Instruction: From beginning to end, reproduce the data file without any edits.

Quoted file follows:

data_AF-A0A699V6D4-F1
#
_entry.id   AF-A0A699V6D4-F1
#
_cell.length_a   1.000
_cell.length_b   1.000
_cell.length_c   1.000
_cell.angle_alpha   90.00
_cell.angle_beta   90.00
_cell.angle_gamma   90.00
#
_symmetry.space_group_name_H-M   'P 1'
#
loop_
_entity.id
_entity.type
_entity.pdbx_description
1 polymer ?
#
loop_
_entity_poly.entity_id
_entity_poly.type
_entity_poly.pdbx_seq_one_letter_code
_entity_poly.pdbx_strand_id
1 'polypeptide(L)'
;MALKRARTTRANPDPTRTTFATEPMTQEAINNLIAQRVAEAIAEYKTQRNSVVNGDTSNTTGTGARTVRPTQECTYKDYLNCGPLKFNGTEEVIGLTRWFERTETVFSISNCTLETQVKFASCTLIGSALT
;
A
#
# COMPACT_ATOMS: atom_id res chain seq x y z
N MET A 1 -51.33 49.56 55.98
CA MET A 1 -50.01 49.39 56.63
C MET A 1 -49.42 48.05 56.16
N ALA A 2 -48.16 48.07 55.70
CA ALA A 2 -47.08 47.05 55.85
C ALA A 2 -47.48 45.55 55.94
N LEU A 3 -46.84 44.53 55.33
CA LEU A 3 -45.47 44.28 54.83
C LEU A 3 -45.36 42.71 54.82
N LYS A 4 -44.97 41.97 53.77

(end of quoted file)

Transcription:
data_AF-A0A699V6D4-F1
#
_entry.id   AF-A0A699V6D4-F1
#
_cell.length_a   1.000
_cell.length_b   1.000
_cell.length_c   1.000
_cell.angle_alpha   90.00
_cell.angle_beta   90.00
_cell.angle_gamma   90.00
#
_symmetry.space_group_name_H-M   'P 1'
#
loop_
_entity.id
_entity.type
_entity.pdbx_description
1 polymer ?
#
loop_
_entity_poly.entity_id
_entity_poly.type
_entity_poly.pdbx_seq_one_letter_code
_entity_poly.pdbx_strand_id
1 'polypeptide(L)'
;MALKRARTTRANPDPTRTTFATEPMTQEAINNLIAQRVAEAIAEYKTQRNSVVNGDTSNTTGTGARTVRPTQECTYKDYLNCGPLKFNGTEEVIGLTRWFERTETVFSISNCTLETQVKFASCTLIGSALT
;
A
#
# COMPACT_ATOMS: atom_id res chain seq x y z
N MET A 1 -51.33 49.56 55.98
CA MET A 1 -50.01 49.39 56.63
C MET A 1 -49.42 48.05 56.16
N ALA A 2 -48.16 48.07 55.70
CA ALA A 2 -47.08 47.05 55.85
C ALA A 2 -47.48 45.55 55.94
N LEU A 3 -46.84 44.53 55.33
CA LEU A 3 -45.47 44.28 54.83
C LEU A 3 -45.36 42.71 54.82
N LYS A 4 -44.97 41.97 53.77